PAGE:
You may use a bundle of wires for this. I build a small adapter with a prototype point raster board and soldered the wires accordingly. My schematic also shows the GND and VCC lanes as not connected. You can not connect with OpenOCD correctly by getting the power just from the JTag-Debugger. So you may or may not add these lines. It does not matter since you have to power the Wandboard with a separate supply.
Make sure your JTag-Adapter is connected to the 20-Pin Arm-JTAG connector of the BB. Disable target powering by unbridging the Jumper next to the Connector. The Buffer Logic "Mode" Jumper should be set to "Normal".
With these Setting you should be able to start debugging. Once everything is put together correctly you can power up the Wandboard and proceed with the next section.
OpenOCD uses scriptes for detecting and debugging. I will provide those scripts down below ... enjoy!
source /usr/share/openocd/scripts/interface/busblaster.cfg adapter_khz 1000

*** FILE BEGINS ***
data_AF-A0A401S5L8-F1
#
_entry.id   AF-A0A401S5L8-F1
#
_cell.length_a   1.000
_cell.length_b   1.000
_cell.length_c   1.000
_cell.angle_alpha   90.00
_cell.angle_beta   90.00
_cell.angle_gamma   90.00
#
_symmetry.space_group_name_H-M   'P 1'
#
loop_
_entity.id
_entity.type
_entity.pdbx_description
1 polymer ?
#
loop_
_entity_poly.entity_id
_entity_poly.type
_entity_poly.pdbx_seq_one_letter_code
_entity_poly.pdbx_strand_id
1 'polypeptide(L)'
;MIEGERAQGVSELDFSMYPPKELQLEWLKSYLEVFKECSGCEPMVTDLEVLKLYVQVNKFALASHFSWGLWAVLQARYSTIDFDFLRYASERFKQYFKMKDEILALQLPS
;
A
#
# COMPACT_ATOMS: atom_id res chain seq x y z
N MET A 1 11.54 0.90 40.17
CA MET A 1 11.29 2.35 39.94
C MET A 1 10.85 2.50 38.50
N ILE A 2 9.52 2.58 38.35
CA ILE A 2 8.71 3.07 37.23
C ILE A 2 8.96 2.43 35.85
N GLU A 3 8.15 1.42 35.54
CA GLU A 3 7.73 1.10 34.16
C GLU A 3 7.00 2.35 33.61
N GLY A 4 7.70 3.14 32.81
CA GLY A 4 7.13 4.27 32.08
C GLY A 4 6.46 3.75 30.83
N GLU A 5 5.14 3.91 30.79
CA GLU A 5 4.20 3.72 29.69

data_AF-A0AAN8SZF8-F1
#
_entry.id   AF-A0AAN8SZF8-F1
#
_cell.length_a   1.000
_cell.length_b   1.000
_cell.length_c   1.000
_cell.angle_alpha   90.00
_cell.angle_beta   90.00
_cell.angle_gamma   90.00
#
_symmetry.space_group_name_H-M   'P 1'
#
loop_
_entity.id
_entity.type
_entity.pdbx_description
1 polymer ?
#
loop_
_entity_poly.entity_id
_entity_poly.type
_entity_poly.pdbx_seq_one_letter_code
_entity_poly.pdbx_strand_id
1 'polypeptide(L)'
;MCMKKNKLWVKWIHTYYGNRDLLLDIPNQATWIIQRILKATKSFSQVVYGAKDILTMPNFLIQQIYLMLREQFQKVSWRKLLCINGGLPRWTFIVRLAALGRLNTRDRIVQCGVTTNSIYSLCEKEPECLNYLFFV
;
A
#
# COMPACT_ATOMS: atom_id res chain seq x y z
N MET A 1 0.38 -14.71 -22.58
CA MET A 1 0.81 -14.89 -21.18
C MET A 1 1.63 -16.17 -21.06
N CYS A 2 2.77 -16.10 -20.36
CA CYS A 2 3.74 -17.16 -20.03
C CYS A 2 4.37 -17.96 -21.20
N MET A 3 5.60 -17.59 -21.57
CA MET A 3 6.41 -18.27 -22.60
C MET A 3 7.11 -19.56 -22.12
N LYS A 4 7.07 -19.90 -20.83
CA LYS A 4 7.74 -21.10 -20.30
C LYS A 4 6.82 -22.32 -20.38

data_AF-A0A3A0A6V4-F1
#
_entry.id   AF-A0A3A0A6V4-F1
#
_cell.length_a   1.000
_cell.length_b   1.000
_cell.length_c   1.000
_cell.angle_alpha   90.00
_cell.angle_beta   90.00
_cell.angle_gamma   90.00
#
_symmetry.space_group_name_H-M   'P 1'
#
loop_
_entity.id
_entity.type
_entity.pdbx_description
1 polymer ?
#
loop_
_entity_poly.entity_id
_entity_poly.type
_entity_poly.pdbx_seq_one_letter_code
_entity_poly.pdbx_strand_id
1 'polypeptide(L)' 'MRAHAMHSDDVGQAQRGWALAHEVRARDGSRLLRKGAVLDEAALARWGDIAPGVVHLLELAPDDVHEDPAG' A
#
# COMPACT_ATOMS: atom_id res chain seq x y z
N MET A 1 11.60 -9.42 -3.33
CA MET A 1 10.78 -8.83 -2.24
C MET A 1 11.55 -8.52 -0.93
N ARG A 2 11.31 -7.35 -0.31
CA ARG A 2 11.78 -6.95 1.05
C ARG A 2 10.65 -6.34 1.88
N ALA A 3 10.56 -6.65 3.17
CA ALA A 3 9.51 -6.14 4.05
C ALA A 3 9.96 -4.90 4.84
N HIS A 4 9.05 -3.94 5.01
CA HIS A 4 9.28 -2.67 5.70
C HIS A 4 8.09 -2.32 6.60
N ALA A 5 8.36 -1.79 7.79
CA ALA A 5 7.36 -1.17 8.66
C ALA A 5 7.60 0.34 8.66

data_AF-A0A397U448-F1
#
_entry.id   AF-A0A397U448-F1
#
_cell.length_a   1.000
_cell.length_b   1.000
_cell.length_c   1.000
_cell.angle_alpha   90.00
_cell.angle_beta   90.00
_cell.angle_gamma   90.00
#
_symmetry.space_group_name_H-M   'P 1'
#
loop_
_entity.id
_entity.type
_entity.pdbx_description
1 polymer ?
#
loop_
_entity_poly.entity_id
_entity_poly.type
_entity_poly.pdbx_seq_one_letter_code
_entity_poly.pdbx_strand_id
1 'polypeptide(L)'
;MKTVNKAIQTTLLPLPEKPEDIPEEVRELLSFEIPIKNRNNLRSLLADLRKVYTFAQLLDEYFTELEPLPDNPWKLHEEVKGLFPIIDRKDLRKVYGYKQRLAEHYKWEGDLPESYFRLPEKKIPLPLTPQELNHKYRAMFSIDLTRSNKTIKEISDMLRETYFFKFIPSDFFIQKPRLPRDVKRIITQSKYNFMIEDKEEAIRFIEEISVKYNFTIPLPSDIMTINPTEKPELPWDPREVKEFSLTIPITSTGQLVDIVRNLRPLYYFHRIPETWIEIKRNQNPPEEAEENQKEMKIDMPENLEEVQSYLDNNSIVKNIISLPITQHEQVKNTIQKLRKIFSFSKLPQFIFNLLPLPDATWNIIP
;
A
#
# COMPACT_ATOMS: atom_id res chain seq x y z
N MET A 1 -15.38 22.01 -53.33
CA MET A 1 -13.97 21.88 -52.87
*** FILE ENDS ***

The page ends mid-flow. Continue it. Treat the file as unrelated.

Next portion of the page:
As you may see I using a Linux environment. If you are running Windows you should adapt the source path to match your file system.
I stored this in a file called
wandboard.cfg. You can execute the scripts by:
openocd -f wandboard.cfg
The output should look like this:
Open On-Chip Debugger 0.7.0 (2013-05-15-17:28) Licensed under GNU GPL v2 For bug reports, read http://openocd.sourceforge.net/doc/doxygen/bugs.html Info : only one transport option; autoselect 'jtag' adapter speed: 1000 kHz Info : max TCK change to: 30000 kHz Info : clock speed 1000 kHz Warn : There are no enabled taps. AUTO PROBING MIGHT NOT WORK!! Warn : AUTO auto0.tap - use "jtag newtap auto0 tap -expected-id 0x4ba00477 ..." Warn : AUTO auto1.tap - use "jtag newtap auto1 tap -expected-id 0x00000000 ..." Warn : AUTO auto2.tap - use "jtag newtap auto2 tap -expected-id 0x2191c01d ..." Warn : AUTO auto0.tap - use "... -irlen 8" Warn : AUTO auto1.tap - use "... -irlen 5" Warn : AUTO auto2.tap - use "... -irlen 2" Error: auto2.tap: IR capture error; saw 0x0003 not 0x0001 Warn : Bypassing JTAG setup events due to errors Warn : gdb services need one or more targets defined
If you are seeing these Lines your setup is complete and you may proceed with the next section.
Using the i.mx6 as a Target
As of version 0.7.0 OpenOCD claims to support the i.mx6 application processor.
source /usr/share/openocd/scripts/interface/busblaster.cfg source /usr/share/openocd/scripts/target/imx6.cfg adapter_khz 25000